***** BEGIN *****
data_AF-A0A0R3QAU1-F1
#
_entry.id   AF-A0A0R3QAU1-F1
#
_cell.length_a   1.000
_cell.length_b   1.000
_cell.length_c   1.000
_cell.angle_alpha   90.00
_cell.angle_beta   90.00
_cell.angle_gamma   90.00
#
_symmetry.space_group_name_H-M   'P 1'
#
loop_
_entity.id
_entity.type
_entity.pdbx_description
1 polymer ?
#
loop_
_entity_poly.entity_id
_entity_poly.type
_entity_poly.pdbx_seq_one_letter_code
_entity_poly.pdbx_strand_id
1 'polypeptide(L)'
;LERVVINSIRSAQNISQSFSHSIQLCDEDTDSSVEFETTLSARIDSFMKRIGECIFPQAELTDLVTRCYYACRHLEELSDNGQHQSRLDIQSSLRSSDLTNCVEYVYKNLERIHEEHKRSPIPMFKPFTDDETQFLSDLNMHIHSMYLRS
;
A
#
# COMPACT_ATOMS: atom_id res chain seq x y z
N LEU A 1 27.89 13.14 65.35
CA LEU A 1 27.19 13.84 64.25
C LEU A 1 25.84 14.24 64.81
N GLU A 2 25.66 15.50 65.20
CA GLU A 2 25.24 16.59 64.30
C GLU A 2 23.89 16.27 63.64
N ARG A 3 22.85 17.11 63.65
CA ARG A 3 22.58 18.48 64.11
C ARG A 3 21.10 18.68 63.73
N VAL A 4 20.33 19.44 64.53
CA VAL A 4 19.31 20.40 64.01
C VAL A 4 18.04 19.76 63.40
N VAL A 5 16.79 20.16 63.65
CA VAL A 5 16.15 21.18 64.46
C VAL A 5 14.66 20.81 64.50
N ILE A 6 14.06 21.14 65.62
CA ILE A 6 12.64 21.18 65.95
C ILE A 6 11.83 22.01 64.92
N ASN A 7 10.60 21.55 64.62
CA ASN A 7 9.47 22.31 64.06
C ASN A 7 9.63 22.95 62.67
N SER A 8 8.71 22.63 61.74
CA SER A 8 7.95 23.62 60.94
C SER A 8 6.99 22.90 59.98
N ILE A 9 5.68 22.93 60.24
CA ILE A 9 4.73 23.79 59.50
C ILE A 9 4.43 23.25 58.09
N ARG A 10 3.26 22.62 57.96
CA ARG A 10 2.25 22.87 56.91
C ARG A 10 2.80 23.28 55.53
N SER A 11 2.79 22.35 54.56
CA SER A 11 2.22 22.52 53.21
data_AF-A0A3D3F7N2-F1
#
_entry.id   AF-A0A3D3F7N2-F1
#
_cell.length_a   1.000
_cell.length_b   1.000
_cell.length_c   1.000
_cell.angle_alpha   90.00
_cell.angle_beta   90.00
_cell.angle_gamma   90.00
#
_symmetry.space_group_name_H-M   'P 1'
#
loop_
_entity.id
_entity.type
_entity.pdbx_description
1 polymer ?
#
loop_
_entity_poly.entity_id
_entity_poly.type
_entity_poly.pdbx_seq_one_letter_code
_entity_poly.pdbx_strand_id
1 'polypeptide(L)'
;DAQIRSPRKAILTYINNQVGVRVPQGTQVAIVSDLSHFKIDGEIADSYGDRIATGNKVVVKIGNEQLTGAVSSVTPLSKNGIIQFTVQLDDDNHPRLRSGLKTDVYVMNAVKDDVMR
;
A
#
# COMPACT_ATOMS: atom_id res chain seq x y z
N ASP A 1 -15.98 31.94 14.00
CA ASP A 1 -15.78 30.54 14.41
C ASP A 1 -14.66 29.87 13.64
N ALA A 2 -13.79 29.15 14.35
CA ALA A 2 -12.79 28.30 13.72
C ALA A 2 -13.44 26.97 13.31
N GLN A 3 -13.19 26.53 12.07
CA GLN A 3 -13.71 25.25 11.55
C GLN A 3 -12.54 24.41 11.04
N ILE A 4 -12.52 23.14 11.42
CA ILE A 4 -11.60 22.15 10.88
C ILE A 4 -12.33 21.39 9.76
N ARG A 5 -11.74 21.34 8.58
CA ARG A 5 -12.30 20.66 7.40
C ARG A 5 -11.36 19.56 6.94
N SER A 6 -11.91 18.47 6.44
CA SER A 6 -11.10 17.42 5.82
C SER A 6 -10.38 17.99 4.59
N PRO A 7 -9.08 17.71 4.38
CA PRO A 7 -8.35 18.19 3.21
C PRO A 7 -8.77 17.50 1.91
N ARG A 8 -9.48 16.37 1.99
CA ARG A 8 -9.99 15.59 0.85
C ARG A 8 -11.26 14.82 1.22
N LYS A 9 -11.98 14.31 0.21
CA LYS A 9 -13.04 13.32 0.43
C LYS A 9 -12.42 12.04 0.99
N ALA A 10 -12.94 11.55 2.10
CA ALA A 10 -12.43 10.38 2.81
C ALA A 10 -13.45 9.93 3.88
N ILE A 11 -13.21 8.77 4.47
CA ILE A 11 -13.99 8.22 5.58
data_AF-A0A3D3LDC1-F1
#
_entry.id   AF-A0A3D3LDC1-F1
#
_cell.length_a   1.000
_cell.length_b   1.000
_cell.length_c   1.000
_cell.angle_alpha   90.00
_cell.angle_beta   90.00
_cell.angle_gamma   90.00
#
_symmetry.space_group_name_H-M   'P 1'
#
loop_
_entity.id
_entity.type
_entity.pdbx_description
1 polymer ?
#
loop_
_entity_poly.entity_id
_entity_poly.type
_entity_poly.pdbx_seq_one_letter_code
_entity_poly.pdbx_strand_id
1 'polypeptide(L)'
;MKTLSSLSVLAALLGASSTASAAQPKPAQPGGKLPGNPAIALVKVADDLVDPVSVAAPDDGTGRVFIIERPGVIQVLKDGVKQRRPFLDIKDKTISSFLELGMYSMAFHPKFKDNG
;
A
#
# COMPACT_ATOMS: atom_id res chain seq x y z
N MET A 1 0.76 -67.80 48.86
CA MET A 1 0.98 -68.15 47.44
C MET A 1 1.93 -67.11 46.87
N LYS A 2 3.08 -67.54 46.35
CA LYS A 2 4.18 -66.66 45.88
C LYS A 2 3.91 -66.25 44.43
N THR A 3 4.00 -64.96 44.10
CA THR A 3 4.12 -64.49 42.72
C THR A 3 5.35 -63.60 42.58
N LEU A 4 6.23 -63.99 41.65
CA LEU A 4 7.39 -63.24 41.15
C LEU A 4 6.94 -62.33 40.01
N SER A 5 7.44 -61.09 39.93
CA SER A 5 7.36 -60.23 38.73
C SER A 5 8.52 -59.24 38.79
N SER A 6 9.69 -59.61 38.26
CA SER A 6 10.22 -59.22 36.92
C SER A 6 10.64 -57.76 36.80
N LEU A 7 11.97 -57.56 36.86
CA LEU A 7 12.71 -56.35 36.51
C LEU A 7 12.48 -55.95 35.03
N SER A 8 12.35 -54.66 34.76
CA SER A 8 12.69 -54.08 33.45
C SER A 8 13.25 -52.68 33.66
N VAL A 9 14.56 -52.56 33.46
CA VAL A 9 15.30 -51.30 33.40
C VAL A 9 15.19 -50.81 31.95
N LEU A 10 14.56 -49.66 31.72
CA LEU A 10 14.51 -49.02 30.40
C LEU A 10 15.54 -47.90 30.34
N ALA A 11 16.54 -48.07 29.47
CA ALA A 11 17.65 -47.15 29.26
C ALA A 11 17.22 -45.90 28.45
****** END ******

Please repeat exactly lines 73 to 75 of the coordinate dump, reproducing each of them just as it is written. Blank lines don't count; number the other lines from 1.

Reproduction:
#
_symmetry.space_group_name_H-M   'P 1'
#